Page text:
"‘This is the heir. Come, let us kill him and acquire his inheritance.’ ”
Saint Thomas More said that no heresy is all falsehood. In a similar way, there is no sin that does not have either a good object as its goal, or an intention that is believed to be good. Of course, subjectively believing an intention to be good does not make it objectively good.
This is seen in today’s parable about the vineyard owner. We see a spectacularly poor “logic” on display in the reasoning of the vineyard workers. How could they imagine that by killing the owner’s son, they would acquire his inheritance? The father was still alive: did the workers imagine that the owner would forgive them for killing his son, and bestow upon them the vineyard? Or did they plan to take the vineyard by force? If the latter, they should have killed the father in addition to the son…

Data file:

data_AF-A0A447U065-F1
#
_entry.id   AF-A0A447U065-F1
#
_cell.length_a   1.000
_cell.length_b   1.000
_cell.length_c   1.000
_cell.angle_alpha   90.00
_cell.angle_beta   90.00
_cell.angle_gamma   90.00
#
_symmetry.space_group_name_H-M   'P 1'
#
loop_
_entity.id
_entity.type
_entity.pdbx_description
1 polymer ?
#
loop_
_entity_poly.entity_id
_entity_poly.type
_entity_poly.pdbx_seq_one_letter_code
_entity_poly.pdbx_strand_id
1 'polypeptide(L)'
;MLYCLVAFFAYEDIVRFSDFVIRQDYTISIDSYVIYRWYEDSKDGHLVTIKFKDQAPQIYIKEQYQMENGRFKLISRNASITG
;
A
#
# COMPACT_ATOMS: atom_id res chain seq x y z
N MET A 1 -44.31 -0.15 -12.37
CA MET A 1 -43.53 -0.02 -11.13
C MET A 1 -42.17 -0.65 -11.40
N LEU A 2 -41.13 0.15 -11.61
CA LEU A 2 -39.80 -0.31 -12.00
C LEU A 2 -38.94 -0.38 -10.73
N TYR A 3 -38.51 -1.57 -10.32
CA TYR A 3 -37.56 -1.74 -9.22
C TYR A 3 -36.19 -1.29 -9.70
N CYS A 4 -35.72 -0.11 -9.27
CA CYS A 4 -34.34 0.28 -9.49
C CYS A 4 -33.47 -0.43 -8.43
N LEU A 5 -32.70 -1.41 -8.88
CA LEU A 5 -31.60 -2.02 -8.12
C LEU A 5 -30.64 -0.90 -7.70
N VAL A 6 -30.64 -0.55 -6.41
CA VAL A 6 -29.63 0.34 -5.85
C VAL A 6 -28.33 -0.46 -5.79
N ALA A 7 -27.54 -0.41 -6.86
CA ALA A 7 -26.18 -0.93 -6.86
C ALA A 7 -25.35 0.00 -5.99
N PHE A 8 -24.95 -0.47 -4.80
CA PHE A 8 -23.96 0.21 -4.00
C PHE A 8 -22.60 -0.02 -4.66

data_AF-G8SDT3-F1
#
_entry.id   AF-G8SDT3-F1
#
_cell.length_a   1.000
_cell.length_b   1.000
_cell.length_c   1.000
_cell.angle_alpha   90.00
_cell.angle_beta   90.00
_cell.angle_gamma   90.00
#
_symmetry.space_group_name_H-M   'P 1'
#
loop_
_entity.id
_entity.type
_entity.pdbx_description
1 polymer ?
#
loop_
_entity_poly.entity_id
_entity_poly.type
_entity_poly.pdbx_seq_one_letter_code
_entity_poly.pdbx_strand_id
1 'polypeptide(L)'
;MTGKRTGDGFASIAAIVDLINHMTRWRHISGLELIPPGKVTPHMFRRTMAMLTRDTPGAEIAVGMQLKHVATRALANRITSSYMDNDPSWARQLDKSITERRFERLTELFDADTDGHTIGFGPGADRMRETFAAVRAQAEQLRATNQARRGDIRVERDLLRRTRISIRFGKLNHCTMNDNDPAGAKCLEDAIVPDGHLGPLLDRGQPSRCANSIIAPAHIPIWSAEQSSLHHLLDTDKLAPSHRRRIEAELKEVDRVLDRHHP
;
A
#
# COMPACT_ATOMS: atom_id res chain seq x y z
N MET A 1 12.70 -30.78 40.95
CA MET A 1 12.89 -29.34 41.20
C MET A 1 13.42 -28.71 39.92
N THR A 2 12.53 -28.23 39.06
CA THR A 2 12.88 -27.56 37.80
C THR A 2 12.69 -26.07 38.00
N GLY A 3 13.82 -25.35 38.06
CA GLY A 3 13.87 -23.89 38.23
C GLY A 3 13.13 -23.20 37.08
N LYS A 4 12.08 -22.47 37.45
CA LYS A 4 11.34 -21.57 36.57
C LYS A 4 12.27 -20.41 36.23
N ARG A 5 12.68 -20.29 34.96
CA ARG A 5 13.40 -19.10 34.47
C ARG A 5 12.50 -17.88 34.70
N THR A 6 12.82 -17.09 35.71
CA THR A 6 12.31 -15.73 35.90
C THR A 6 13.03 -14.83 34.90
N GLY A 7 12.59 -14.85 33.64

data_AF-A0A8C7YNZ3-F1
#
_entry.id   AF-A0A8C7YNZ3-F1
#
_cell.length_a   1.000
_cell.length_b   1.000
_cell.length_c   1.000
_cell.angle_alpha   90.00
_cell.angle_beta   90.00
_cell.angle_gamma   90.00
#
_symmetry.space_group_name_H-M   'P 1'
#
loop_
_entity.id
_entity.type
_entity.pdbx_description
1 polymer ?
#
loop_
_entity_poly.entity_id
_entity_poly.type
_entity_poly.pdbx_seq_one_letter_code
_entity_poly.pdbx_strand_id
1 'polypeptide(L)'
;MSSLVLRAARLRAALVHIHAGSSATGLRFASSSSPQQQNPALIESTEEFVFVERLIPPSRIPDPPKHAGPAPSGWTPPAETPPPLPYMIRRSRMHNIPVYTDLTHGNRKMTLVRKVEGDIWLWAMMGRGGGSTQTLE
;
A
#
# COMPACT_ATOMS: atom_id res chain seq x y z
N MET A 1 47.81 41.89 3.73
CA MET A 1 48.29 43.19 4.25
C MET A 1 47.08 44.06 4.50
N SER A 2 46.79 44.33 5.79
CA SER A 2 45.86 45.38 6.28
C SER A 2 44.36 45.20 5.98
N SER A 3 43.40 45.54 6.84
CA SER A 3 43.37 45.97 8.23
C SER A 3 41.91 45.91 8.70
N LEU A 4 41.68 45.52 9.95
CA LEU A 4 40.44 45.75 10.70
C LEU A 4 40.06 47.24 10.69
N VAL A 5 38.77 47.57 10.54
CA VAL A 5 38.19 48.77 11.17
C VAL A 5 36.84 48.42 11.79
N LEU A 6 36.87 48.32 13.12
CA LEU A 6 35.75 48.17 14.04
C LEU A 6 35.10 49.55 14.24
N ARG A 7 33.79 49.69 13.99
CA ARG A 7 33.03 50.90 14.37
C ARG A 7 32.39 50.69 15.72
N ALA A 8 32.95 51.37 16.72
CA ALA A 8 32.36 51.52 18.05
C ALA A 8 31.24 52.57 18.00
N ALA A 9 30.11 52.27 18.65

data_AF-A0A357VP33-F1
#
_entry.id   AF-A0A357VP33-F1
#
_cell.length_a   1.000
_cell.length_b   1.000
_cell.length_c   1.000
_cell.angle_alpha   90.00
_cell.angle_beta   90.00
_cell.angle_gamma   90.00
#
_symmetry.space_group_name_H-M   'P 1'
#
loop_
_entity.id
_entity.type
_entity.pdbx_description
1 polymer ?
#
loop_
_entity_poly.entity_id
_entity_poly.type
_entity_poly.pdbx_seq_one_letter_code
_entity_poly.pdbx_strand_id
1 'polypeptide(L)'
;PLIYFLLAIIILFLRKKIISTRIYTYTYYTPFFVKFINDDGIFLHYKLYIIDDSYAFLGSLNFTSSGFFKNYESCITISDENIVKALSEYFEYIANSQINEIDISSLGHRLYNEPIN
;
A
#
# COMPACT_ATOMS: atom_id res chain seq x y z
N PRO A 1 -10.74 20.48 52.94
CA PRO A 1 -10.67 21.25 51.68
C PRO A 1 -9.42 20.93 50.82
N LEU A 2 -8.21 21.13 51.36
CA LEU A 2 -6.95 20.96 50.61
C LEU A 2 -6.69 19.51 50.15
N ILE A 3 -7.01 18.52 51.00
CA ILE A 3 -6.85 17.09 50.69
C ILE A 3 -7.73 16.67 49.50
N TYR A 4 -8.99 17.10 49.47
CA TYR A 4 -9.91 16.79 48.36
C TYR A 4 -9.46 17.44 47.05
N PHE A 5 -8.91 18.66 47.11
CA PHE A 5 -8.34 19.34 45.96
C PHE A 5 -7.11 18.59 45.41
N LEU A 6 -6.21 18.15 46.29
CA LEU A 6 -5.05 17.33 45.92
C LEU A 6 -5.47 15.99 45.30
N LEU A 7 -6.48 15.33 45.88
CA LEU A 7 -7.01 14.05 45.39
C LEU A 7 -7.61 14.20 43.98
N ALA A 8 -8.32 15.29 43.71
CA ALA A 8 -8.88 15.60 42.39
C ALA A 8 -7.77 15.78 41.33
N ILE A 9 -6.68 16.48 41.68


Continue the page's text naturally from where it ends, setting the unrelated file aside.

Every one of our sins is an offense against Jesus Christ, the Father’s only-begotten, who called Himself “the Way, the Truth, and the Life” (John 14:6). We imagine that our sins will bring us a greater, longer or more satisfying life. Yet Jesus teaches us that we can only acquire His inheritance of divine Life from the Cross.